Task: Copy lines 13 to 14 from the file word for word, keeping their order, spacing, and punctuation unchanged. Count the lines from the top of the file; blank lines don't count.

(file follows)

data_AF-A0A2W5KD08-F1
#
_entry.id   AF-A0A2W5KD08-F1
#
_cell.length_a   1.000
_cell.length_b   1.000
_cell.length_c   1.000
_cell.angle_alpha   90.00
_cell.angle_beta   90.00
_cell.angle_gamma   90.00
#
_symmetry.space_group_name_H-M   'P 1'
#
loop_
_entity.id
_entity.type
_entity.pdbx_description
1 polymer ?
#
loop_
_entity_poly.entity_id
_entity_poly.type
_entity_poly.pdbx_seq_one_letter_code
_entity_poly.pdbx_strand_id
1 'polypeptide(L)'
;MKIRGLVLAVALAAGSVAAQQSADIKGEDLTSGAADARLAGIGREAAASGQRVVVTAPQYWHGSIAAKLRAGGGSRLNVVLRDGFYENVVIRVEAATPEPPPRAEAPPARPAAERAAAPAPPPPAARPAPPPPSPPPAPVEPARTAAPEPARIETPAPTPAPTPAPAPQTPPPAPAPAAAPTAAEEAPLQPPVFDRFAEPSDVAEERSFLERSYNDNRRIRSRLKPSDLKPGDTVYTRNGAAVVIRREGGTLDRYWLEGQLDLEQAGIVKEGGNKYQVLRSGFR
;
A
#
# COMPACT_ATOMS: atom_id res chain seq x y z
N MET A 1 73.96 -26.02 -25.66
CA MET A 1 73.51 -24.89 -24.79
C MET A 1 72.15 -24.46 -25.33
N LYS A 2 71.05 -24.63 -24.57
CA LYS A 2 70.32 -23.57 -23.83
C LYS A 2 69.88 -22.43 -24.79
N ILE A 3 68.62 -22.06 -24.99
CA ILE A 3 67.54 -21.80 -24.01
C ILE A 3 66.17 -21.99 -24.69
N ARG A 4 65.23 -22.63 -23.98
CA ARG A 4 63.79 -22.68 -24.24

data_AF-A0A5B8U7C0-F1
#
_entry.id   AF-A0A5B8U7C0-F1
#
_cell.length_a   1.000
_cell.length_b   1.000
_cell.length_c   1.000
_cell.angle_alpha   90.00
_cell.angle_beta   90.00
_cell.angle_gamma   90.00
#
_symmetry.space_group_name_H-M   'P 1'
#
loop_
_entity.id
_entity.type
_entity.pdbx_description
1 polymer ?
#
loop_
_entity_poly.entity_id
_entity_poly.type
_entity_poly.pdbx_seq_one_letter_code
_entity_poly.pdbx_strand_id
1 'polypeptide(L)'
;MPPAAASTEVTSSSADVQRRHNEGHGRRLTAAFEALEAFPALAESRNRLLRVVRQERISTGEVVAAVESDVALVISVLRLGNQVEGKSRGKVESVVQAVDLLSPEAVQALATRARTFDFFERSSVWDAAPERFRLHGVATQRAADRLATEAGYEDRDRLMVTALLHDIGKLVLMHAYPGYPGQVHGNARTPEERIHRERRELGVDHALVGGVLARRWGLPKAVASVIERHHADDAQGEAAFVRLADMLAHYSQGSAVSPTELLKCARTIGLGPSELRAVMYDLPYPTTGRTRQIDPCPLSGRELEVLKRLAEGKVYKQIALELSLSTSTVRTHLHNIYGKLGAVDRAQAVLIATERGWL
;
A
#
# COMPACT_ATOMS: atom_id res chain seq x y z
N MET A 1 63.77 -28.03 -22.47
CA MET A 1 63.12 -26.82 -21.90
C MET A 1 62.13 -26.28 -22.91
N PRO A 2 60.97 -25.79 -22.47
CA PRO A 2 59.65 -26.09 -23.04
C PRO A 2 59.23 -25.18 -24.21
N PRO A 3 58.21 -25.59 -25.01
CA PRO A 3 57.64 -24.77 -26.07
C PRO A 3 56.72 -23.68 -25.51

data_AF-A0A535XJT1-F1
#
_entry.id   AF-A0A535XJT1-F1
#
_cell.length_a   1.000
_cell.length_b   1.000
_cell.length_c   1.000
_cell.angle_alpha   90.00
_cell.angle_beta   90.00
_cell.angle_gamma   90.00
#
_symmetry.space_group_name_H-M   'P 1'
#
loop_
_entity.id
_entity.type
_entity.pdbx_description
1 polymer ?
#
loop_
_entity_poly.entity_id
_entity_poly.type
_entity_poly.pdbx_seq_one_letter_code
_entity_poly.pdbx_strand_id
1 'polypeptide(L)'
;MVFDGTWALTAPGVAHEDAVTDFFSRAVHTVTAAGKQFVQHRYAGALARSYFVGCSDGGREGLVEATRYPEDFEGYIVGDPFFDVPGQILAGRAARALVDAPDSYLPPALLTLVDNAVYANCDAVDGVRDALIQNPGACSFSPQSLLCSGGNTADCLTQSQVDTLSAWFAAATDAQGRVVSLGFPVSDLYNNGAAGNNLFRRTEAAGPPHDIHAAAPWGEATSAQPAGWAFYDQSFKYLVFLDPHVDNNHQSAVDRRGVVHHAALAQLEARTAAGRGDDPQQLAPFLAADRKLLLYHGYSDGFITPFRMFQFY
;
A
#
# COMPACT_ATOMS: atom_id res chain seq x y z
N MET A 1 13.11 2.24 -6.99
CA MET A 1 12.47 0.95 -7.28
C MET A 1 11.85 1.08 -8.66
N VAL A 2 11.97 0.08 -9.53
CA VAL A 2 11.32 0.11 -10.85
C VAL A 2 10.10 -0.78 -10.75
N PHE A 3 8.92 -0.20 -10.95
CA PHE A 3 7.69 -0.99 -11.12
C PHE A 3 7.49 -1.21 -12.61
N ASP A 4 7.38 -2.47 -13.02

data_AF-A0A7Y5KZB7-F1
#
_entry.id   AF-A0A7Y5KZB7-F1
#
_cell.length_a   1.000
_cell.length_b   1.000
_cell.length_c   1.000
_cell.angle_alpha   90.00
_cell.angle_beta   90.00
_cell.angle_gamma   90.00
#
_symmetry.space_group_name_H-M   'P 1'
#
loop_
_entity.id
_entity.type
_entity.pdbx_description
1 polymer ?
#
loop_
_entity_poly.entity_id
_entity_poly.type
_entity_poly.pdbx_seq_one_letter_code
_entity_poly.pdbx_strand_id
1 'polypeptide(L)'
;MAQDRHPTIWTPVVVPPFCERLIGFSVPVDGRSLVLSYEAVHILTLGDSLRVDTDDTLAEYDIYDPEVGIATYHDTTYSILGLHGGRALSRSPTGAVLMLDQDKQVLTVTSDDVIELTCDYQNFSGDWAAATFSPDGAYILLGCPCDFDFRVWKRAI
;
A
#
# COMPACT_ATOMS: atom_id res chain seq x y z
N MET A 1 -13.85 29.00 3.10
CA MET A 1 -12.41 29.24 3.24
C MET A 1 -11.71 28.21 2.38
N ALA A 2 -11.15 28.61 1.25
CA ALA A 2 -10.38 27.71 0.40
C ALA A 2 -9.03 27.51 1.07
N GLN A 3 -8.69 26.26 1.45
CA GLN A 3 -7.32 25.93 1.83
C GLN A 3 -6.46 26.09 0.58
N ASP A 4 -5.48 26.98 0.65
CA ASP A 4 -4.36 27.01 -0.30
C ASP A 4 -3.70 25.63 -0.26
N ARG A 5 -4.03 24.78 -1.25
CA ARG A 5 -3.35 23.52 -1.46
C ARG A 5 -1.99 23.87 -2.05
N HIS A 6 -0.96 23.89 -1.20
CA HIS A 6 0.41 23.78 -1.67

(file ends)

#
loop_